2. Can they provide references? Have they worked with practices that are similar to yours in size, scope, and/or specialty? Do they have testimonials, or can you call someone directly for a reference?
  3. Who owns your billing data? Your billing data should belong to you, and you should be able to take it with you if you choose to change services or bring your billing in-house.
  4. What kind of training does the staff have? Are they certified? What type of ongoing training do they receive? Are they using the most up-to-date resources and guidebooks (i.e., CPT, HCPCS, etc.)?
  5. Do they have any professional affiliations? Does the service, or its employees, maintain any professional affiliations such as HBMA?
  6. Do they have a compliance plan in place? Are they HIPAA compliant? What are their security protocols?
  7. Who will actually be working on your account? Can you meet (on the phone or in person) the actual people who will be working on your account?
  8. Can you get a guarantee of transparency?  How often will you receive reports showing the financial state of your business and the billing service’s progress. How will they communicate with you and how involved will you be in the billing processes?
  9. Are most of their services electronic? In this day and age, most of the processes should be electronic from eligibility verification to remittances. They should also offer credit card processing and online bill pay for patients.
  10. Are there billing follow up items that they don’t handle? Don’t assume that a billing service will do everything or that everything is included in your rate. Ask up front and be sure you know if there are services that they don’t offer.

Use these questions to help guide your decision when selecting a medical billing service. It’s worth it to take your time evaluating your options so that you get the best service possible from the start.

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Are You Ready for an EHR?

Lea Chatham February 21st, 2013

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Have you been putting off implementing an electronic health record (EHR)? Or do you need to make a conversion to a new system that meets your needs better than what you have now. Whether you are starting from scratch or converting to new EHR, it can be daunting. Here are four simple questions to ask yourself to be sure that you are ready for a new EHR:

  1. Are you ready to use an EHR? In the rush to collect meaningful use incentives, many practices overlook whether they have the time or resources to implement an EHR. From time needed to pick the right product to moving patient information to the EHR, EHRs will require physician involvement and may require additional resources to make the transition. This level of commitment should be understood upfront. Otherwise, the goals and plan for the EHR can become distorted or impractical. For example, a number of practices have tried to implement EHRs during their busy seasons, or with reduced staff levels. In other cases, EHR plans have not addressed a lack of computer skills among staff and doctors.
  2. What are your expectations for an EHR? Like anything else, expectations drive the selection of an EHR. Set expectations too low, and the practice can end up with a product that does not have the features needed. For example, the ability to annotate an image is critical for an ophthalmology practice, while pediatric practices need a strong immunization management feature. Practices employing mid-level providers or using collaboration among doctors, nurses and staff to serve patients need an EHR with workflow management tools. The guiding principal is to set expectations based on what your practice needs to be efficient and effective and not just based on your current paper-bound operation. For example, tracking future treatment orders should include tools to help you manage patient contact and not just record the order information.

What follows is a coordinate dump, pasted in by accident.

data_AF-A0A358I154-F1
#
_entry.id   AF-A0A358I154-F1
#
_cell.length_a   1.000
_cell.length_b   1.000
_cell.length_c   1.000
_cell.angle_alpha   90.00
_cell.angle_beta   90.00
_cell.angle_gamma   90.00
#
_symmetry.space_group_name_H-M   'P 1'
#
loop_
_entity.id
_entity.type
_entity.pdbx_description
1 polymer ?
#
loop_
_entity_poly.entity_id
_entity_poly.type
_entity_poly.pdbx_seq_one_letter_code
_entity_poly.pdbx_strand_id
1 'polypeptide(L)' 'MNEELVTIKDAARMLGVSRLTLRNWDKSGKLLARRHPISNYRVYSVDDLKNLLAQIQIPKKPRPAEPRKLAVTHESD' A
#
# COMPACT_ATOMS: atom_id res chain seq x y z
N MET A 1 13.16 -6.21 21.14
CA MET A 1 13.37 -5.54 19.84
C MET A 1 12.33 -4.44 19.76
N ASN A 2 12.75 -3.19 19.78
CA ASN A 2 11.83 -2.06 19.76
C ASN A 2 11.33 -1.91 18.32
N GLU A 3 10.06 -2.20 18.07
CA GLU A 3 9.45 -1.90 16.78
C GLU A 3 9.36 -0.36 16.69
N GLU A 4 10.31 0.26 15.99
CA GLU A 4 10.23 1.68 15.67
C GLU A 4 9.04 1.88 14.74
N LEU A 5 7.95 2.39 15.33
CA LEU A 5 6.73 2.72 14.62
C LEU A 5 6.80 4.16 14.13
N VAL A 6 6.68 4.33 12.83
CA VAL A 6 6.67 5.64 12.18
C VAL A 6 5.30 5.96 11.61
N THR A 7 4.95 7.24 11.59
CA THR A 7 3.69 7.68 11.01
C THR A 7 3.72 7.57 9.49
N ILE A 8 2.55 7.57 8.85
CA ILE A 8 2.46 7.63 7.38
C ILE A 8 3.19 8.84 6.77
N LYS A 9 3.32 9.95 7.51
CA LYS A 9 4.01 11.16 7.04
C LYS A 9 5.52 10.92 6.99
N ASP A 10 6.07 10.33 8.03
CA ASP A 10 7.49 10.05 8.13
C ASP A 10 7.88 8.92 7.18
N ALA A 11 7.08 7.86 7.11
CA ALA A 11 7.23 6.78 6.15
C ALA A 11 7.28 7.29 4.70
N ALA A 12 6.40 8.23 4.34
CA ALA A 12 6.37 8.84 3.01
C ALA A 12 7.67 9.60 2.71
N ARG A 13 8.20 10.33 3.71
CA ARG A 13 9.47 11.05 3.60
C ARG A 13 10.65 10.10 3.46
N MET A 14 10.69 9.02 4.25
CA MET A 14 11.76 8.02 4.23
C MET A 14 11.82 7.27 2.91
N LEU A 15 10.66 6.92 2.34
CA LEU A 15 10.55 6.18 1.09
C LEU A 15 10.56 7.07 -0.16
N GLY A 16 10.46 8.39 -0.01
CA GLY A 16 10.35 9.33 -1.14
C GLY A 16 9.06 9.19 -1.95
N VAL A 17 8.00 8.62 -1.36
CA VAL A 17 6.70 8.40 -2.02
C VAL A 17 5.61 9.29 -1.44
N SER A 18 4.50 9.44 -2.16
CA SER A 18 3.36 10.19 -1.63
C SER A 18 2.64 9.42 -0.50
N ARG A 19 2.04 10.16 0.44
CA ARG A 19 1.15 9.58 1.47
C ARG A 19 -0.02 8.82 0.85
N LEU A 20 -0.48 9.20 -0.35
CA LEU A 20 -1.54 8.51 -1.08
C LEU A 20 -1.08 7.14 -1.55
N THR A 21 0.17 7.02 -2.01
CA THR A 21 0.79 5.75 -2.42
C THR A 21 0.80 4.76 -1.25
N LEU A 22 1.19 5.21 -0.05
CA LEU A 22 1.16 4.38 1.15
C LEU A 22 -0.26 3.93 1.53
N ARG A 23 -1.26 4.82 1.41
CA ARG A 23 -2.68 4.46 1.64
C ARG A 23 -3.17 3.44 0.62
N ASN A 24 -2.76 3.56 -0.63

3. Will you be able to take advantage of EHR incentive money? Many practices are still not clear on what they need to do to qualify for the EHR Incentive Payments. Indeed, a disturbing number of practices may have attested
    to meet the MU Measures without actually fulfilling the requirements. As a practical matter, implementing an EHR does not mean that the practice has attained the measure standards. Some EHR systems calculate the various measures, but many EHR products require the doctor to check a box for each measure even though the information may not have been gathered. For example, the doctor may check a box that the patient allergies were recorded, but
    actually recording the allergies is on another screen. Another challenge is attaining the Meaningful Use Measures for 90 days in the first year and consistently afterwards. The key issue is that many practices are not allowing enough
    calendar time to attain their practice goals and Meaningful Use. Make sure that you have sufficient time to ramp up to the measures and not focus in on the measures at the expense of accurate records, patient service, and/or physician productivity.
  4. What is a practical plan to implement an EHR for your practice? Many practices reasonably assume that the vendor will drive the EHR implementation effort. That is not in the interest of the practice and not really a service that the EHR vendors provide. EHR efforts must be structured and driven by the physicians and the practice. Physicians cannot cede control of practice operations or clinical decision making to any outside party. Additionally, the practice needs to establish the process that will allow the doctors to build confidence in the EHR as well as become familiar enough with the EHR to work with the EHR while serving a patient. Unfortunately, many physicians attempt to use the EHR without proper training and preparation. Failing to adequately prepare leads to poor patient and physician experiences.